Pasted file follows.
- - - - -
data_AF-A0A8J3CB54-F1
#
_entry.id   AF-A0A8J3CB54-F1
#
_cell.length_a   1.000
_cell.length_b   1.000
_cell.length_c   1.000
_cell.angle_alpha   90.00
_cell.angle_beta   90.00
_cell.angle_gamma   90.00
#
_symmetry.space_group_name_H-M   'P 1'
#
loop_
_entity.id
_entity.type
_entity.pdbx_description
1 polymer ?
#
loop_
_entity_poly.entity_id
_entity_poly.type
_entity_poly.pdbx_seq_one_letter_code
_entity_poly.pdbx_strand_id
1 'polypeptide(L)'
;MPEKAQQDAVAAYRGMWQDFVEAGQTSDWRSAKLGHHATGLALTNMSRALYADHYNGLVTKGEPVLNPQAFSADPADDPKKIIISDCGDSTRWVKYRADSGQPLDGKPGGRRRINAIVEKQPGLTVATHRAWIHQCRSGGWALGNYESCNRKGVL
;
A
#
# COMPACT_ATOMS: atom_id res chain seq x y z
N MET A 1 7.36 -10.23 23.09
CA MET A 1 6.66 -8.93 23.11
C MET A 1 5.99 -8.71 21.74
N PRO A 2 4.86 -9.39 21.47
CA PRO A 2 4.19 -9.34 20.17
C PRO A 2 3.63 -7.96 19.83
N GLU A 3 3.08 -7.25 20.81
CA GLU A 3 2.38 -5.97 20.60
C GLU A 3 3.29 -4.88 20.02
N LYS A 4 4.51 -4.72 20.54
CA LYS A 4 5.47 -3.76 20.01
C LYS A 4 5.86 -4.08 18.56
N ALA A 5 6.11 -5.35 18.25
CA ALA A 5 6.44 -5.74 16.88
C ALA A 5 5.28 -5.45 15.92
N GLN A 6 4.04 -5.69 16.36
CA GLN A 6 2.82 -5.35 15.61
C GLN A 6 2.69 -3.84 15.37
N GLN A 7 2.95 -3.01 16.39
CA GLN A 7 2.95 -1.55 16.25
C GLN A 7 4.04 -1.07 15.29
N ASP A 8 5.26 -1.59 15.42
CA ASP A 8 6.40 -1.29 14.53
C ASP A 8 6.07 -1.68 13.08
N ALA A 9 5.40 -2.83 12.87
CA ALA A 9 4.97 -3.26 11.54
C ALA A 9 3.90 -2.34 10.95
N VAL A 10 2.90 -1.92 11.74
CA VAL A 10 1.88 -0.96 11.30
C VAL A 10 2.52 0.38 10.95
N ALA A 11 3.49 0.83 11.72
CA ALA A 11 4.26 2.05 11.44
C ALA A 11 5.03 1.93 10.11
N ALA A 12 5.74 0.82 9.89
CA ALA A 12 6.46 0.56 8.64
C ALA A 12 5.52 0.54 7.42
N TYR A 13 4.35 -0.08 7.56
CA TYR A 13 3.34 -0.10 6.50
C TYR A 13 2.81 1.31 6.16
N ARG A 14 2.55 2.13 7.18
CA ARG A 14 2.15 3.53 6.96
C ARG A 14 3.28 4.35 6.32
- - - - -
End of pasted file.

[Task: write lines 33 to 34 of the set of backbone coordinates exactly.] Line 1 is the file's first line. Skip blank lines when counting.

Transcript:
C MET A 1 5.99 -8.71 21.74
N PRO A 2 4.86 -9.39 21.47